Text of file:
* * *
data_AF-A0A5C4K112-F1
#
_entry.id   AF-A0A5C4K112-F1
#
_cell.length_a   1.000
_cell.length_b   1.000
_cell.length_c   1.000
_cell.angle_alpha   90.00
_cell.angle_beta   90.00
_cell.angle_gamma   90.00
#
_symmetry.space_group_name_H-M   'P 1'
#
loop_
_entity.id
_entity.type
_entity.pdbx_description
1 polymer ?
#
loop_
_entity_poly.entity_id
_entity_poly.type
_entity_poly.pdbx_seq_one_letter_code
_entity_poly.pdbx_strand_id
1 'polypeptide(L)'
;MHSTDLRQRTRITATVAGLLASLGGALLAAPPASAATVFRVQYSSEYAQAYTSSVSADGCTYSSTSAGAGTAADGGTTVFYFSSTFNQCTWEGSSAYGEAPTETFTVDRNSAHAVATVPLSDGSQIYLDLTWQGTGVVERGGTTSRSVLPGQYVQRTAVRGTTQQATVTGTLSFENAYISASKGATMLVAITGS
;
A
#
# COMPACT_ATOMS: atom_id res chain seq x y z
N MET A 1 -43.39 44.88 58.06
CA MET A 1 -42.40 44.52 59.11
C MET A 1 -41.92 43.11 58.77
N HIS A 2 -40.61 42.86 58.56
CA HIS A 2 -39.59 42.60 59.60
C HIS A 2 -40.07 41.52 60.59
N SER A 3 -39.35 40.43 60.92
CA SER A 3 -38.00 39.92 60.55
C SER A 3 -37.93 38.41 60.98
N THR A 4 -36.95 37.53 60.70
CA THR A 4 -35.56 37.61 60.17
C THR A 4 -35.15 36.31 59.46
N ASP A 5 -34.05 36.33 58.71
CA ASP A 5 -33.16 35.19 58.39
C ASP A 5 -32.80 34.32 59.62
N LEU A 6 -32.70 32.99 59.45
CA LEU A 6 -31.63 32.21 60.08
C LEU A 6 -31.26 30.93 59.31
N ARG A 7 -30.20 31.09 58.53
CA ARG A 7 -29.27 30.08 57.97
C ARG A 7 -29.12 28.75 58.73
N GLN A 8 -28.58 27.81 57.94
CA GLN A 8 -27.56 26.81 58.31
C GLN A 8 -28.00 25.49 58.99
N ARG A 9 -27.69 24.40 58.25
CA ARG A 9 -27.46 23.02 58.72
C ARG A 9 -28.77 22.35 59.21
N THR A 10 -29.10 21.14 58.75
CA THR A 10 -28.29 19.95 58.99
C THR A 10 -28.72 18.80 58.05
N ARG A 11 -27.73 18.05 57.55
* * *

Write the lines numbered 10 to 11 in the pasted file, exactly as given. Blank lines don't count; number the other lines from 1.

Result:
_cell.angle_gamma   90.00
#